WAN Optimization Gone Wild

Cisco goes shopping, French startup builds US beach head, and Blue Coat plans upgrade

March 29, 2007

4 Min Read
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Call it today's WAN optimization trifecta: Cisco acquired packet-processing startup SpansLogic, a new vendor got fresh funds, and an existing player has an upgrade in the works. (See Cisco to Acquire Spans Logic.)

The SpansLogic deal is just the latest by always acquisitive Cisco, which include XML specialist Reactivity, virtualization vendor NeoPath, and security firm IronPort (See Cisco Acquires Reactivity, Cisco Nabs NeoPath, and Cisco to Acquire IronPort.) The networking giant has already made M&A moves in the WAN optimization space, snapping up FineGround for $70 million back in 2005. (See Cisco Chomps FineGround, Cisco Accelerates WAN Adoption, and Cisco Backs Into Optimization.)

SpansLogic develops processors that speed packet processing across the network. Cisco's not revealing how much it paid nor its specific plans for the startup, but it did confirm that the SpansLogic processors will be built into data center products such as Ethernet switches.

The chip specialist was founded in 2004 and has been cloaked in secrecy since then. Its Website offers scant information on the firm and its products, although it lists Crescendo Ventures and ATA Ventures as financial backers.

SpansLogic's 14 employees are expected to move over to Cisco upon the closure of the acquisition next month.Boosting network performance is a key element of Cisco's data center push, hence its desire to improve packet processing speeds. The vendor's Service-Oriented Network Architecture (SONA) initiative, for example, involves tying different enterprise IT functions together using the network as a common element. (See Cisco Speaks Applications and Cisco Everywhere: Meet SONA.) This involves ensuring that the network can deliver any kind of application to any kind of mobile device.

Although recent years have seen a flurry of M&A activity in the WAN optimization and WAFS space, startups are still appearing. (See Packeteer Picks Tacit, Peribit Deal: More to Come, Cisco Acts on Actona, and F5 Snaps Up Swan Labs.) Last night, for example, French firm Streamcore got $7 million in Series B funding to bolster its presence on this side of the pond. (See Streamcore Secures $7M.)

The round, which was led by Auriga Partners and included Convergent Capital and OTC Asset Management, brings the vendor's total funding to $10 million. The Paris-based firm sells WAN optimization hardware and software that it acquired from a France Telecom spin-off in 2003.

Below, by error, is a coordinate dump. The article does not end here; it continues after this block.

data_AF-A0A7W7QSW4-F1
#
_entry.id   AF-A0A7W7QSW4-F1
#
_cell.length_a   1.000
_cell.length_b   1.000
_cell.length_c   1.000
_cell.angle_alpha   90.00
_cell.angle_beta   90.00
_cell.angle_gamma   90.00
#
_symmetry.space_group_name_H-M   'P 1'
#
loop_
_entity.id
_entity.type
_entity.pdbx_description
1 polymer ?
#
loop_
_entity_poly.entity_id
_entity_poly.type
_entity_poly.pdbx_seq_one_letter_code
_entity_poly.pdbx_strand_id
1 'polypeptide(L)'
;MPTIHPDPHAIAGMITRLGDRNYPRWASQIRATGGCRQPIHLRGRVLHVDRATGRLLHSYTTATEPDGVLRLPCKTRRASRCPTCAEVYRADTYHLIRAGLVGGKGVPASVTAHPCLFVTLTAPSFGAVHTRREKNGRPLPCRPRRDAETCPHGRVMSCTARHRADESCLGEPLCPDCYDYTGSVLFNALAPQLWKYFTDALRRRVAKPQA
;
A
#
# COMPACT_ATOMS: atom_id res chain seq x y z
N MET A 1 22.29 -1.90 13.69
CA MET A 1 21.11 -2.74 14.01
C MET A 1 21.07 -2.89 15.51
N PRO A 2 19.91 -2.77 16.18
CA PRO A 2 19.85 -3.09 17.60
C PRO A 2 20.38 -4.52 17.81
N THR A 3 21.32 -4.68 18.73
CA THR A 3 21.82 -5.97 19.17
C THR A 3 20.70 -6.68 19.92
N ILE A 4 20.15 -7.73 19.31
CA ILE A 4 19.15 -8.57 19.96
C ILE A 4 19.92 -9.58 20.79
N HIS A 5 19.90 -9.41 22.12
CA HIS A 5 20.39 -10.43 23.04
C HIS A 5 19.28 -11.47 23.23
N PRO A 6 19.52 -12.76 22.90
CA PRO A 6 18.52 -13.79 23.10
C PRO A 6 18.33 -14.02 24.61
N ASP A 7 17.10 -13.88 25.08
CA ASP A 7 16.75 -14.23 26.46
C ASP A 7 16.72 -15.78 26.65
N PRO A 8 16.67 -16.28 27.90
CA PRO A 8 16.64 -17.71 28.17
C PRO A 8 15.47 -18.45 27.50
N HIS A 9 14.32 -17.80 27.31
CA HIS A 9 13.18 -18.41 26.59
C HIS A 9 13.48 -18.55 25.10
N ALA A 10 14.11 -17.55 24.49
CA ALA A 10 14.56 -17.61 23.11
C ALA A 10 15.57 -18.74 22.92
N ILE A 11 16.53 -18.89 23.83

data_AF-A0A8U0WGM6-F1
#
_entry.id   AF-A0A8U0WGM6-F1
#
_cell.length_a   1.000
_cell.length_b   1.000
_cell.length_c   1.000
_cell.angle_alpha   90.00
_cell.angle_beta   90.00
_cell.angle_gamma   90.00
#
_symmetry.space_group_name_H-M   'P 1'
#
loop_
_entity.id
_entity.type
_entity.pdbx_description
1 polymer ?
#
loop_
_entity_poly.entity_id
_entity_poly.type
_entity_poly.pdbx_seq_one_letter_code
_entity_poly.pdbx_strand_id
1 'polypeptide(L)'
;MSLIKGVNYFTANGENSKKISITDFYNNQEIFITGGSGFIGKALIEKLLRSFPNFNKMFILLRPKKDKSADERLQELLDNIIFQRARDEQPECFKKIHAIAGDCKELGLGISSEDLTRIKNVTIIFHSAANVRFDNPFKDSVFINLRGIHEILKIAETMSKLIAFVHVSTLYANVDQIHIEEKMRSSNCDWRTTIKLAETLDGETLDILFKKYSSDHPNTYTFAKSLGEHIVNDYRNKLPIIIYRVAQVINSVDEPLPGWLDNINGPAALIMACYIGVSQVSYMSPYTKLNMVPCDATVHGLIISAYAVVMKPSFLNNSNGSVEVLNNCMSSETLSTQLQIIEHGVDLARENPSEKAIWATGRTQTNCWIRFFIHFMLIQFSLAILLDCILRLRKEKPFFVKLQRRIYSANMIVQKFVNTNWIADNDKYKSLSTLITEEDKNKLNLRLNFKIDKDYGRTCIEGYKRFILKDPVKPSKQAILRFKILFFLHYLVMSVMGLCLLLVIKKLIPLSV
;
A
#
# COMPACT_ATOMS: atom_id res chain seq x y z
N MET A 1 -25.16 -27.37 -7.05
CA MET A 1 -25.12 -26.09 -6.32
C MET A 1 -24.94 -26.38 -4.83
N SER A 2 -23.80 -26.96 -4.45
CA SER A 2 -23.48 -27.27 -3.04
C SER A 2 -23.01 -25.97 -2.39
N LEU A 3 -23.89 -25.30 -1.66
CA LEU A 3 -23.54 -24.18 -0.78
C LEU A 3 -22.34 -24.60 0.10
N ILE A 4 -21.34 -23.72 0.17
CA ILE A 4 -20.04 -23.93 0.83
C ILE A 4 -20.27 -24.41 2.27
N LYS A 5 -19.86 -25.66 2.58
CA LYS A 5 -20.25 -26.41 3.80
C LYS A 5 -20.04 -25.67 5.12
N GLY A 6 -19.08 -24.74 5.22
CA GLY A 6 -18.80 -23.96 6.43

Streamcore's flagship product is its ABBA Engine software. Sadly, this has nothing to do with the Swedish supergroup of the '70s, but stands for Application Behavior Based Acceleration. The ABBA Engine runs on a 1U-device called StreamGroomer, which is hooked up to the network to ensure that applications such as voice, video, and Citrix receive adequate bandwidth.

The startup's CEO Eric Jeux told Byte and Switch that the software examines the sessions running over the network and automatically reallocates bandwidth as it is needed. Unlike most WAN optimization vendors, Streamcore claims that its hardware need only be deployed in central data centers, removing the need to install additional devices in branch offices.At the moment, the bulk of the vendor's 50-strong workforce is in France, although Jeux told Byte and Switch the firm has a small U.S. office in Emeryville, Calif.

With the Series B burning a hole in his pocket, Jeux is planning to expand this U.S. presence. "I hope to be around 20 people in the U.S. within a year," he says, adding that the firm will open a New York office sometime next quarter.

Streamcore is also on the search for partnerships with storage vendors looking to ensure WAN backup performance. "We don't have partnerships with backup companies now, but we're in discussions with a few of them," says Jeux, declining to get more specific.

At least one analyst thinks that this could be useful to users. "If you're doing a lot of backup traffic, it would be about making sure that you're not wasting capacity so that it can be used for other purposes," says Peter Christy, principal at the Internet Research Group (IRG).

The Streamcore CEO told Byte and Switch that his firm has already racked up around 500 customers in Europe, which include financial firm AXA, Philips, restaurant chain Quick, and the French division of security firm Brink's. A financial firm is Streamcore's first U.S. beta customer, although the exec would not divulge the company's identity.It is not just French firms and networking giants that are getting busy in the WAN optimization space. Blue Coat Systems, for example, is planning to expand its own WAN optimization products in the next few weeks. New products are expected to include better integration with existing network devices and enhanced security features. (See Blue Coat Announces Growth, Blue Coat Optimizes Video and Riverbed Steps on SSL Gas.)

Watch this wide, open space.

James Rogers, Senior Editor Byte and Switch

  • ATA Ventures

  • Blue Coat Systems Inc. (Nasdaq: BCSI)

  • Cisco Systems Inc. (Nasdaq: CSCO)

  • Crescendo Ventures

  • Expand Networks Inc.

  • France Telecom SA (NYSE: FTE)

  • IronPort Systems

  • Juniper Networks Inc. (Nasdaq: JNPR)

  • NeoPath Networks

  • Riverbed Technology Inc. (Nasdaq: RVBD)

  • Spans Logic Inc.

  • Streamcore System

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